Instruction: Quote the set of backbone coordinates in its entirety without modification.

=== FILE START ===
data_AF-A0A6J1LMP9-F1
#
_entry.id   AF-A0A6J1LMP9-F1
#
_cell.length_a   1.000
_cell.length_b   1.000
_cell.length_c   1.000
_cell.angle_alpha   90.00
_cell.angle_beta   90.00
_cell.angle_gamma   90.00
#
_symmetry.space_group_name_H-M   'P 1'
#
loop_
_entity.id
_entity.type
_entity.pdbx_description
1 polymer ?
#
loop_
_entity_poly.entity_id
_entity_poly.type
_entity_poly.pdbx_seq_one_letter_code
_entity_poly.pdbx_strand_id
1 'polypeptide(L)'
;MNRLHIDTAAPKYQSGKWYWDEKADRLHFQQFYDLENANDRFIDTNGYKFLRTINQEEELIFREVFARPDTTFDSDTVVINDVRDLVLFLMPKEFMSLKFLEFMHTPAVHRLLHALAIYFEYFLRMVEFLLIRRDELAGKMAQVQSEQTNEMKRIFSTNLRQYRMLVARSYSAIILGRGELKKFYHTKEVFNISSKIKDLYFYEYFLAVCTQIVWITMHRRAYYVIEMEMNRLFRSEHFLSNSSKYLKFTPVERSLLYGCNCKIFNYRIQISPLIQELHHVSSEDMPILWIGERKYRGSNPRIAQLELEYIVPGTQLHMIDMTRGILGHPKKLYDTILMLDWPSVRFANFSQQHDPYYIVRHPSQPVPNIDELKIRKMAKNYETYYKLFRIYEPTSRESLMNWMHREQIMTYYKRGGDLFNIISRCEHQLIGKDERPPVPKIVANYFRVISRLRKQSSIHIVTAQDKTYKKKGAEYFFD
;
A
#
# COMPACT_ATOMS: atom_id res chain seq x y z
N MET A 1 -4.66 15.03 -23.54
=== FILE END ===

data_AF-A0A6J1LMP9-F1
#
_entry.id   AF-A0A6J1LMP9-F1
#
_cell.length_a   1.000
_cell.length_b   1.000
_cell.length_c   1.000
_cell.angle_alpha   90.00
_cell.angle_beta   90.00
_cell.angle_gamma   90.00
#
_symmetry.space_group_name_H-M   'P 1'
#
loop_
_entity.id
_entity.type
_entity.pdbx_description
1 polymer ?
#
loop_
_entity_poly.entity_id
_entity_poly.type
_entity_poly.pdbx_seq_one_letter_code
_entity_poly.pdbx_strand_id
1 'polypeptide(L)'
;MNRLHIDTAAPKYQSGKWYWDEKADRLHFQQFYDLENANDRFIDTNGYKFLRTINQEEELIFREVFARPDTTFDSDTVVINDVRDLVLFLMPKEFMSLKFLEFMHTPAVHRLLHALAIYFEYFLRMVEFLLIRRDELAGKMAQVQSEQTNEMKRIFSTNLRQYRMLVARSYSAIILGRGELKKFYHTKEVFNISSKIKDLYFYEYFLAVCTQIVWITMHRRAYYVIEMEMNRLFRSEHFLSNSSKYLKFTPVERSLLYGCNCKIFNYRIQISPLIQELHHVSSEDMPILWIGERKYRGSNPRIAQLELEYIVPGTQLHMIDMTRGILGHPKKLYDTILMLDWPSVRFANFSQQHDPYYIVRHPSQPVPNIDELKIRKMAKNYETYYKLFRIYEPTSRESLMNWMHREQIMTYYKRGGDLFNIISRCEHQLIGKDERPPVPKIVANYFRVISRLRKQSSIHIVTAQDKTYKKKGAEYFFD
;
A
#
# COMPACT_ATOMS: atom_id res chain seq x y z
N MET A 1 -4.66 15.03 -23.54